competition with a black Desdemona, Iago, Cassio and/or Emilia...will
the adjudicators find that too hard to accept?

Susan.

[4]-------------------------------------------------------------
From:           Sophie Masson <
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Date:           Friday, 1 Jun 2001 21:28:29 +1000
Subject: 12.1289 Re: Colorblindness
Comment:        Re: SHK 12.1289 Re: Colorblindness

Greetings to all on SHAKSPER:

I'd like to make a couple of comments about a couple of things, and pose
a question of my own--. The comments are on Sean's question about
Pushkin's translation of Shakespeare, and the more general
'colour-blindedness' one. A Russian we met assured me that Pushkin's
translation was so good that he vastly preferred it to the 'English
version', as he called it! He said it was 'much more passionate, and had
the soul of a real poet in it!'  He was most offended when we laughed! I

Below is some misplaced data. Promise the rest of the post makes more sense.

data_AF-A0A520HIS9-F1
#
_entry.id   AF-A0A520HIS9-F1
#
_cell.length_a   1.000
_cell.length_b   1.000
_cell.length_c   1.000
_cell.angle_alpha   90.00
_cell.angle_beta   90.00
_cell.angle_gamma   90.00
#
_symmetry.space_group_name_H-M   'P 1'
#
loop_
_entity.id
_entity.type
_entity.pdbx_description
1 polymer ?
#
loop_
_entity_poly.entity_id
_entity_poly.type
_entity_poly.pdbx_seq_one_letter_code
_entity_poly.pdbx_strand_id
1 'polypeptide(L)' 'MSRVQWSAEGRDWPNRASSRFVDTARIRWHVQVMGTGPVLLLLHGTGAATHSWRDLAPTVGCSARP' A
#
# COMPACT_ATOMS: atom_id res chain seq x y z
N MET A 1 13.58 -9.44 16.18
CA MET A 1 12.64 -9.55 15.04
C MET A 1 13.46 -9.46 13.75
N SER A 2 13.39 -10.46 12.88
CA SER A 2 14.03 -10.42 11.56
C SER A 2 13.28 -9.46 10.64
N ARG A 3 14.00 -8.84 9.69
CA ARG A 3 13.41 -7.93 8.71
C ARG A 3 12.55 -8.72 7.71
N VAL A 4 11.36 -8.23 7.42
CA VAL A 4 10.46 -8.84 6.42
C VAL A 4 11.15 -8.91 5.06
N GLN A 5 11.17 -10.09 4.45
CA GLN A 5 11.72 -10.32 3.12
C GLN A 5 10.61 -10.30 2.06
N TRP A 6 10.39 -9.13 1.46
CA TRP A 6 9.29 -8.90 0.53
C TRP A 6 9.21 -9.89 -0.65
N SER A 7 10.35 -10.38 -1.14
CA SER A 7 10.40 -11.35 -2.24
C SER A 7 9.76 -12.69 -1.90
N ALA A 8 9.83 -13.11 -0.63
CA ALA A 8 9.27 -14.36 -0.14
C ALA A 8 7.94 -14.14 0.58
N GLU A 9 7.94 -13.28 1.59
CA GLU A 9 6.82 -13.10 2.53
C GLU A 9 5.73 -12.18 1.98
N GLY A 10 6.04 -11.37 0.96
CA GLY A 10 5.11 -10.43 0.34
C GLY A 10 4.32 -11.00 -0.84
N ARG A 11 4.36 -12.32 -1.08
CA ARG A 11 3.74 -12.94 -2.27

don't know Hugo's version very well, but the French version we had at
home when we were children was so terrible that to this day my parents
refuse to hear anything about Shakespeare. The verse had not been
translated, but rendered as hideously clunking prose, and altogether
there was no sense of 'spirit', just an awful leaden-footed dullness. It
had been done by a member of the Academie Francaise, too, but I'm not
sure who.

As to colour-blindedness, I wonder if in itself a 'decision' to cast an
actor of a different race to that of the character could be said to be
racist. Of course, if that actor is the best, he or she is the best, no
question--but when a director makes a conscious decision, avant l'heure,
as it were, what does that mean? Of course, there's nothing inherently
wrong with that--it can make a very good point, and force people to
think beyond a certain framework. Damned if you do and damned if you
don't, I suppose. But we often invert things which seem obvious, take